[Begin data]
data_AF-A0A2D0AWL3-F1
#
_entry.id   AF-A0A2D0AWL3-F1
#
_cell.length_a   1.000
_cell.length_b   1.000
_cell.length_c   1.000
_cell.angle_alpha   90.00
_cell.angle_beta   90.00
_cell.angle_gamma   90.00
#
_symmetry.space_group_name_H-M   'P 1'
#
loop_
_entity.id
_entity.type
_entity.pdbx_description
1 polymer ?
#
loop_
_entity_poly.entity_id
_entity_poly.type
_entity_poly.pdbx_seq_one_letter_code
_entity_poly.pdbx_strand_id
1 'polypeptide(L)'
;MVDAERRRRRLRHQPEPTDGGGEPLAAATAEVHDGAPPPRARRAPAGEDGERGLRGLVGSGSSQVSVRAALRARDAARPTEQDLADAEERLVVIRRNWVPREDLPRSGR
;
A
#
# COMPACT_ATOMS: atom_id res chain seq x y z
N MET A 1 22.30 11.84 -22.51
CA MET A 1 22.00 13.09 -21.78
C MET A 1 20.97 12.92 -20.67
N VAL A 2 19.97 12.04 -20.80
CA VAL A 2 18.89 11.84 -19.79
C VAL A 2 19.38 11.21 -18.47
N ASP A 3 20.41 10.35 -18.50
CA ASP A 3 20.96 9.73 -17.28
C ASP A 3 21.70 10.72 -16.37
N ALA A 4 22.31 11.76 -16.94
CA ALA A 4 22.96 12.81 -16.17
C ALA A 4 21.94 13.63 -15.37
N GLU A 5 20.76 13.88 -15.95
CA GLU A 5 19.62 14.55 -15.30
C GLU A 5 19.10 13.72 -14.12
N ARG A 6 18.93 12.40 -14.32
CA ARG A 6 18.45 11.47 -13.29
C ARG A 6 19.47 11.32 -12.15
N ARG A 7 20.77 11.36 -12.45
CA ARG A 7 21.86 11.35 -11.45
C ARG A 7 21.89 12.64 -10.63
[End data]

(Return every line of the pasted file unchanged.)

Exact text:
data_AF-A0A2D0AWL3-F1
#
_entry.id   AF-A0A2D0AWL3-F1
#
_cell.length_a   1.000
_cell.length_b   1.000
_cell.length_c   1.000
_cell.angle_alpha   90.00
_cell.angle_beta   90.00
_cell.angle_gamma   90.00
#
_symmetry.space_group_name_H-M   'P 1'
#
loop_
_entity.id
_entity.type
_entity.pdbx_description
1 polymer ?
#
loop_
_entity_poly.entity_id
_entity_poly.type
_entity_poly.pdbx_seq_one_letter_code
_entity_poly.pdbx_strand_id
1 'polypeptide(L)'
;MVDAERRRRRLRHQPEPTDGGGEPLAAATAEVHDGAPPPRARRAPAGEDGERGLRGLVGSGSSQVSVRAALRARDAARPTEQDLADAEERLVVIRRNWVPREDLPRSGR
;
A
#
# COMPACT_ATOMS: atom_id res chain seq x y z
N MET A 1 22.30 11.84 -22.51
CA MET A 1 22.00 13.09 -21.78
C MET A 1 20.97 12.92 -20.67
N VAL A 2 19.97 12.04 -20.80
CA VAL A 2 18.89 11.84 -19.79
C VAL A 2 19.38 11.21 -18.47
N ASP A 3 20.41 10.35 -18.50
CA ASP A 3 20.96 9.73 -17.28
C ASP A 3 21.70 10.72 -16.37
N ALA A 4 22.31 11.76 -16.94
CA ALA A 4 22.96 12.81 -16.17
C ALA A 4 21.94 13.63 -15.37
N GLU A 5 20.76 13.88 -15.95
CA GLU A 5 19.62 14.55 -15.30
C GLU A 5 19.10 13.72 -14.12
N ARG A 6 18.93 12.40 -14.32
CA ARG A 6 18.45 11.47 -13.29
C ARG A 6 19.47 11.32 -12.15
N ARG A 7 20.77 11.36 -12.45
CA ARG A 7 21.86 11.35 -11.45
C ARG A 7 21.89 12.64 -10.63